NASHVILLE, Tenn. (WTVF) — A bill that could change what's being taught at Tennessee's public colleges and universities heads for a full Senate vote on Monday.
The bill would make it against the law for students in public universities to have to agree with what the state legislature deems are "divisive concepts" in order to receive a better grade.
Some examples lawmakers gave of what they call a "divisive concept" would be that one race or sex is superior or inferior to another or that someone’s race or sex is a determining factor in an individual's moral character.
Lawmakers say the bill as written would not specifically ban the teaching of so-called Critical Race Theory, as long as students were free to disagree with it without fear of being penalized in the class.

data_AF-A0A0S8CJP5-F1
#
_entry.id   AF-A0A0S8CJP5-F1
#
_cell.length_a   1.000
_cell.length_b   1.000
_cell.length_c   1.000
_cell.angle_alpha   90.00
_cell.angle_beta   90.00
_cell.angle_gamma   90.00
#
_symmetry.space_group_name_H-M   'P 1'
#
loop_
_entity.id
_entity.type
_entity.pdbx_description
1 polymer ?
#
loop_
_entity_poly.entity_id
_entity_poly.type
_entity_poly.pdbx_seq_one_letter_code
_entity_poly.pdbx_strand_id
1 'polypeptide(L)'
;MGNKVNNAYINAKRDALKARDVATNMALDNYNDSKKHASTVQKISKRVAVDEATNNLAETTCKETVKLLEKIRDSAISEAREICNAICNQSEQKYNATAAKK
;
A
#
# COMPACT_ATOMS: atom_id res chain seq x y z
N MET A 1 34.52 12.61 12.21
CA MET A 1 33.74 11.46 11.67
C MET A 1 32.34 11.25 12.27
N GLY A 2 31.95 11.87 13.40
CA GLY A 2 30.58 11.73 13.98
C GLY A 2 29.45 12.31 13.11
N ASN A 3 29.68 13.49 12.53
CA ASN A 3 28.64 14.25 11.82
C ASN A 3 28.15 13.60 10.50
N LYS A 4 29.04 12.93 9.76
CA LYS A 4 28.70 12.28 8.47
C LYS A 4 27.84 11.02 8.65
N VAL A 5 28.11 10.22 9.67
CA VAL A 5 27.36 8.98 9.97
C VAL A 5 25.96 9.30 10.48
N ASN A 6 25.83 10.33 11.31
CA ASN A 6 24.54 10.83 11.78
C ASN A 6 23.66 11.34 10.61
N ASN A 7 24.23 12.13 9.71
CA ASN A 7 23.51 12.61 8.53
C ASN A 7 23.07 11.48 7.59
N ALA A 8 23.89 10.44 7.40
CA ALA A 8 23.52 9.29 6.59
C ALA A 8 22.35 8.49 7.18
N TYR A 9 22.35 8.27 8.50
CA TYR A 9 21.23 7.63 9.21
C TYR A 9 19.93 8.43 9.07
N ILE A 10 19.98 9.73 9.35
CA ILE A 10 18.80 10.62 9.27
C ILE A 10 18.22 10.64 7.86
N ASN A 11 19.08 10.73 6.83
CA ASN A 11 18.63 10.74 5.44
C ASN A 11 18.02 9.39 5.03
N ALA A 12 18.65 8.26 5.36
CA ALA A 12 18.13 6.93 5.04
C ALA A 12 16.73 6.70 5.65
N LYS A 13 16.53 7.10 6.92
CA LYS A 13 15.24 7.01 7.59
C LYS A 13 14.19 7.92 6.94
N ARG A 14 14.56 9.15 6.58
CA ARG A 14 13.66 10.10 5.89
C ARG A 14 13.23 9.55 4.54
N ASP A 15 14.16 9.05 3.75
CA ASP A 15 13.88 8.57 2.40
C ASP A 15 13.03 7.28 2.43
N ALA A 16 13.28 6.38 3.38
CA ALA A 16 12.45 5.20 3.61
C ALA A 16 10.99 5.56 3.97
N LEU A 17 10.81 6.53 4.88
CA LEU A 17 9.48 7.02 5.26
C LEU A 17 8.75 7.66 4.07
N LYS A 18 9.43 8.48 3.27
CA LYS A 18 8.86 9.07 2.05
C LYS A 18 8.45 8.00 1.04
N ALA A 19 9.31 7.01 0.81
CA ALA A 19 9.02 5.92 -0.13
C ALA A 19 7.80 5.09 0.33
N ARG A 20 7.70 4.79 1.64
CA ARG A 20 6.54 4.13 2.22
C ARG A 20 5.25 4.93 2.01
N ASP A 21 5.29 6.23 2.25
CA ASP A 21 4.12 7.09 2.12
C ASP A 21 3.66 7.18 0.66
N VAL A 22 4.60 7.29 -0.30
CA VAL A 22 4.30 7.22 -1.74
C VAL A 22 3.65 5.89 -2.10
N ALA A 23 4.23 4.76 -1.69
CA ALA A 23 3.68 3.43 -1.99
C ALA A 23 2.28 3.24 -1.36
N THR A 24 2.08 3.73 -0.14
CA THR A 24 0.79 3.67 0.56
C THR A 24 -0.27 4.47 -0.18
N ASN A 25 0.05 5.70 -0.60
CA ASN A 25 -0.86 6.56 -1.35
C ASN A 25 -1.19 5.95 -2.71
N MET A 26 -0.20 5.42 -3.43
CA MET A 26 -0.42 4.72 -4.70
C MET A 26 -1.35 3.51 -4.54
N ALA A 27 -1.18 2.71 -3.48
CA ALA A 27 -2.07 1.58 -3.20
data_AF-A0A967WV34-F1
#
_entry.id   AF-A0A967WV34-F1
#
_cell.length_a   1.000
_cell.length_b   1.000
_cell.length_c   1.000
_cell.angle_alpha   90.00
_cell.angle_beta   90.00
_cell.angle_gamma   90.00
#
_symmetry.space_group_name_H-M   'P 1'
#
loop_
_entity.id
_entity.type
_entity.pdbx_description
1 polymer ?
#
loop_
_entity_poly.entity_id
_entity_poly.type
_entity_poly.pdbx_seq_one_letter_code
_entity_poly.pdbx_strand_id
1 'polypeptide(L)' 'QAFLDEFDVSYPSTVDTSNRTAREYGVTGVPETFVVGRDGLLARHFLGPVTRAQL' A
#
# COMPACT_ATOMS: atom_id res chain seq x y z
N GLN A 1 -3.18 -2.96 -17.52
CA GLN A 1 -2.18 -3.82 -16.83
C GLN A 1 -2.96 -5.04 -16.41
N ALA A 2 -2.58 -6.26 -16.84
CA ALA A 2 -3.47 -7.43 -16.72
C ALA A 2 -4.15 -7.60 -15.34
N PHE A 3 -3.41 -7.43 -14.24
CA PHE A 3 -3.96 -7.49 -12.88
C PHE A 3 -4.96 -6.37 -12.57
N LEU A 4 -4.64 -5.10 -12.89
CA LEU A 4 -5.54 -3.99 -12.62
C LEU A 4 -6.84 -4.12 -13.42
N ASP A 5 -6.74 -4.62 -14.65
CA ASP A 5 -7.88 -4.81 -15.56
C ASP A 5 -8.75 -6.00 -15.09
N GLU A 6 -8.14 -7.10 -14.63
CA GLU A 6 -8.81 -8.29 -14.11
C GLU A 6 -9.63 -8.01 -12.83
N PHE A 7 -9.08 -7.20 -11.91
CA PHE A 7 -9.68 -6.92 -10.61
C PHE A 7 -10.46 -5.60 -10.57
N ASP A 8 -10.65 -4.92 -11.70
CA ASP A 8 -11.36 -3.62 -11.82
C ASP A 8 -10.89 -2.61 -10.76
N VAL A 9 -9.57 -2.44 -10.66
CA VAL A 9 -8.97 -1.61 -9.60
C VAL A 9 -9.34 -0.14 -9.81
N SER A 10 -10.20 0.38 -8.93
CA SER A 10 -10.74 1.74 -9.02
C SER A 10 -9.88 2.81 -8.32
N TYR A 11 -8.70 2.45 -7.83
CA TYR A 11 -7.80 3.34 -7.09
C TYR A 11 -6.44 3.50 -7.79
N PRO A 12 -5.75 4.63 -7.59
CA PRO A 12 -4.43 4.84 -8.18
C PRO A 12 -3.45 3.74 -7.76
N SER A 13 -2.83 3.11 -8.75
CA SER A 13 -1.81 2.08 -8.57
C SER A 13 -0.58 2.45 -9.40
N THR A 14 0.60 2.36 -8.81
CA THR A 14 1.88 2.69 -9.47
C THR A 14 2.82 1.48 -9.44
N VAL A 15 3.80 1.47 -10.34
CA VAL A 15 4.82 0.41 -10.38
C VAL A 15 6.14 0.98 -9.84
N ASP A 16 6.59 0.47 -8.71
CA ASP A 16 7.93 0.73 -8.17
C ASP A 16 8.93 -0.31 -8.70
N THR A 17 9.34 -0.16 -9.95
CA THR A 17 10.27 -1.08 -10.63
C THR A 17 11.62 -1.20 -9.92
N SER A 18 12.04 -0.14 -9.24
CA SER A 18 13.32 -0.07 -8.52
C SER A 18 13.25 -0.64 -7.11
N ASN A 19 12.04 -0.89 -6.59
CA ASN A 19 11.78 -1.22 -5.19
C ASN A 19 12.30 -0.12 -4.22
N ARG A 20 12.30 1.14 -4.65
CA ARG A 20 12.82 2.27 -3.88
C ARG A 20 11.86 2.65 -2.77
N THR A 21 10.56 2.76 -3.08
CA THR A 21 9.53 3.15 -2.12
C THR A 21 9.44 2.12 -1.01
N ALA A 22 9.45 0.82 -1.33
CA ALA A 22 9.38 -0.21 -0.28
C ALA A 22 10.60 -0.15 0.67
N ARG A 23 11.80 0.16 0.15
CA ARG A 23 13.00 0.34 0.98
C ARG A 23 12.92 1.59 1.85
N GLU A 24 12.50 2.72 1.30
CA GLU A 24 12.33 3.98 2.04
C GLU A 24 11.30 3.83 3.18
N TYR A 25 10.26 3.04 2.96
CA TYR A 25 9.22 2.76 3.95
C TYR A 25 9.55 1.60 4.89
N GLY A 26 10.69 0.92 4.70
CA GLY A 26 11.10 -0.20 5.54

The bill's sponsor Rep. Ron Gant, R-Piperton, says the bill puts up the necessary guardrails to ensure diversity efforts don't become divisive efforts. This bill will even give students the option to sue the school if they think part of the proposed law had been violated.
"While we believe that public college students and employees should be able to decide what topics they wish to engage in, we maintain it should be just that, a decision. This bill takes aim at any mandated injection of adherence to these divisive concepts as a prerequisite to graduation, promotion, tenure, or to be hired,” said Rep. Gant. "The divisive concepts we are seeking to address may seem similar, familiar to you, these are the same concepts defined in public chapter 493 passed last year which prohibited from inclusion in K through 12 curriculum."
Democrats have raised concerns about the law, saying they want to make sure the truth is still being taught.
The bill is on the Senate's calendar Monday, and it's already passed the House. If it passes, it'll go to the governor's desk.